Welcome to another special program, the second in our three-part series of programs titled Changa ndi nyamanso, or, “Bushbabies are meat, too,” a Malawian proverb that means that, just as bushbabies may be commonly overlooked but are still a useful source of protein, so can overlooked plant-based biochemicals be an effective way to manage pests and livestock diseases.


In today’s program, Gladson Makowa talks to other farmers involved with MAFFA in the Ekwendeni area of northern Malawi. The conversation shows how much livestock farmers in the area have benefited from using biochemicals to protect stored grain and protect livestock from disease, including the dangerous Newcastle disease in poultry farming. According to farmer Aaron Moyo, you should never get worried if Newcastle attacks your chickens. Rather, dema cures Newcastle in poultry, something he learnt from his fellow farmers. Stand by for Gladson.
When you hear the word “agroecology,” what does it mean to you?
Agroecology helps us with the changing climate. The soils are hard, but when we use agroecological methods, the soils become soft, fertile, and usable again.
It teaches us how nature works, and enables us to discuss and compare traditional farming methods versus modern farming methods.
How does agroecology differ from the farming methods that you used to follow in this area?
In the past, we depended on fertilizer. We applied fertilizer twice, as a basal dressing and as a top dressing. These days, we apply fertilizer only once, as a top dressing, but we harvest enough. We are also practicing crop rotation. We change the crop families that follow each other.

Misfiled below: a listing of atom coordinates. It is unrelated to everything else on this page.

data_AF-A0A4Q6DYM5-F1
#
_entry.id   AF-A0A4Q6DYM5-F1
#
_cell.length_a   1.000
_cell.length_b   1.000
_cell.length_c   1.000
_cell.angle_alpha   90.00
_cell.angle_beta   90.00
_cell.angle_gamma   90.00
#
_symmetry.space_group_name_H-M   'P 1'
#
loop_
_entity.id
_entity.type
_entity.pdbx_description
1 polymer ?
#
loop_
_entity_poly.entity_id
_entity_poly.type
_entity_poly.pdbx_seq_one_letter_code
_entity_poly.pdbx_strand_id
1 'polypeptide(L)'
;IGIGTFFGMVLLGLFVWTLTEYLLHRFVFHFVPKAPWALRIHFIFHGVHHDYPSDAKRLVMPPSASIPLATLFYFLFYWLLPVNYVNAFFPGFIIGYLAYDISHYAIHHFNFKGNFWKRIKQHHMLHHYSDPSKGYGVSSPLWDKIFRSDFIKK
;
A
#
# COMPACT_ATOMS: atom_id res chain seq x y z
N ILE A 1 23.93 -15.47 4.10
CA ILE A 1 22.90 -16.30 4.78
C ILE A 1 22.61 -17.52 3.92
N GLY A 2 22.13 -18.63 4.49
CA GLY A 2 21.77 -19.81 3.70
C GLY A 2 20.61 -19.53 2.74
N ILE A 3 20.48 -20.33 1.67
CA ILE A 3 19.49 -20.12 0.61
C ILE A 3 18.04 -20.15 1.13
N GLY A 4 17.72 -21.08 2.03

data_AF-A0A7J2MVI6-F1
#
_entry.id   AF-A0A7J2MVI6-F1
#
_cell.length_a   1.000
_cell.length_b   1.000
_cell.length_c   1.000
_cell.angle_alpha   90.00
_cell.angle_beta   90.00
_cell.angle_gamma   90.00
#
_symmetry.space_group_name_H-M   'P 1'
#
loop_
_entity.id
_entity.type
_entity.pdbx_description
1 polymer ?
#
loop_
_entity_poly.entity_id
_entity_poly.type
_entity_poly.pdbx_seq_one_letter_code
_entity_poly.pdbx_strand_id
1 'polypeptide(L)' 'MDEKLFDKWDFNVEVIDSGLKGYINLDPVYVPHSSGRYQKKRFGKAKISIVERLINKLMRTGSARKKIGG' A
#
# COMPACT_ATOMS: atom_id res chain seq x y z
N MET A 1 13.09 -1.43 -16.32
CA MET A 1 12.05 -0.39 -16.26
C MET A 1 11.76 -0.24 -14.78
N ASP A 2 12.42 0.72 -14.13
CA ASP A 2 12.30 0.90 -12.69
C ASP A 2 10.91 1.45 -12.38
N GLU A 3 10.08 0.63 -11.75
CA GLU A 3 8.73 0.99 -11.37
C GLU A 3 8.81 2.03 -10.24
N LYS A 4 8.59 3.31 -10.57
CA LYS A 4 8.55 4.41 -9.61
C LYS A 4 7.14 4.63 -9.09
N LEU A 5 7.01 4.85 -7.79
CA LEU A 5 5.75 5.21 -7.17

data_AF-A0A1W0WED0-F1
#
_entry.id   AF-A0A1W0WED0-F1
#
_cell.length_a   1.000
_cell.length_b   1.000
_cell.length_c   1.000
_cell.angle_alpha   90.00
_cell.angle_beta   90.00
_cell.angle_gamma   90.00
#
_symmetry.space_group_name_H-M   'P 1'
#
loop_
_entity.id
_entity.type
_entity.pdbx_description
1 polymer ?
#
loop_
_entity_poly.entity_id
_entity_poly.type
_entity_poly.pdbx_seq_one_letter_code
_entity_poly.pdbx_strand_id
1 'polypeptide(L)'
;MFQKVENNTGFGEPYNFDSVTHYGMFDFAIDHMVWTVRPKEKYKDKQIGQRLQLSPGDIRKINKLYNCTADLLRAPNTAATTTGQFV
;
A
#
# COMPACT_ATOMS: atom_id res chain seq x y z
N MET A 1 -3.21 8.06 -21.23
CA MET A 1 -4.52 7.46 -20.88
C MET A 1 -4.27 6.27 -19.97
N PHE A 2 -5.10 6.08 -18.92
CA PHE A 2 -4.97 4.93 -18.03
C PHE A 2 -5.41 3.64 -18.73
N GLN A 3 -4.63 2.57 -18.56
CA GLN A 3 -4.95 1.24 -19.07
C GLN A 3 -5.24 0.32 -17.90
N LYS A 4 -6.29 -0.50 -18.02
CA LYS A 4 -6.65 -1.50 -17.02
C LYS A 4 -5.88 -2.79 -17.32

The difference between the farming methods that we used in the past and the agroecology that Ekendweni hospital is teaching us is that we used to depend on chemicals, but these days we use biochemicals. We use plants as biochemicals to kill insects and cure diseases.

I planted one acre of soya and pigeon peas. After harvesting pigeon peas, I incorporated the fallen leaves into the soil, and I rotated the pigeon peas with yellow maize. The maize did not wilt during dry spells and we had a good harvest. I used fertilizer as a top dressing just because I doubted that the pigeon pea leaves would work as a basal dressing fertilizer. So I added five grams per planting station.

Did you use biochemicals?
Yes, I tried Tephrosia vogelii leaves. I pounded them, added them to water, and then sprayed them on the African armyworm and Fall armyworm. The armyworms died and the maize leaves regenerated, so I harvested enough maize. We dry Tephrosia vogelii leaves in the shed on a mat, and use them for protecting our grain. We pound the dried leaves and sieve them and apply the powder to the maize that we want to store. It looks greenish, but the larger grain borer doesn’t attack the maize. Also, if goats have ticks, we dip them or spray them with Tephrosia vogelii leaves in water and they get healed.
Do you add Tephrosia vogelii to the maize that you want to keep for seed or for food?
I add it to the maize that I keep for food. When we want to eat the maize, we winnow it and take it to the maize mill.
What quantity of Tephrosia vogelii leaves did you use for a 50-kilogram bag of maize?
I use two half-litre containers of powder in every 50-kilogram bag. I applied it in May and ate the maize the following year in January.
If you don’t apply any Actellic super dust or other chemicals when storing your maize, does your maize reach January without any weevil attacks?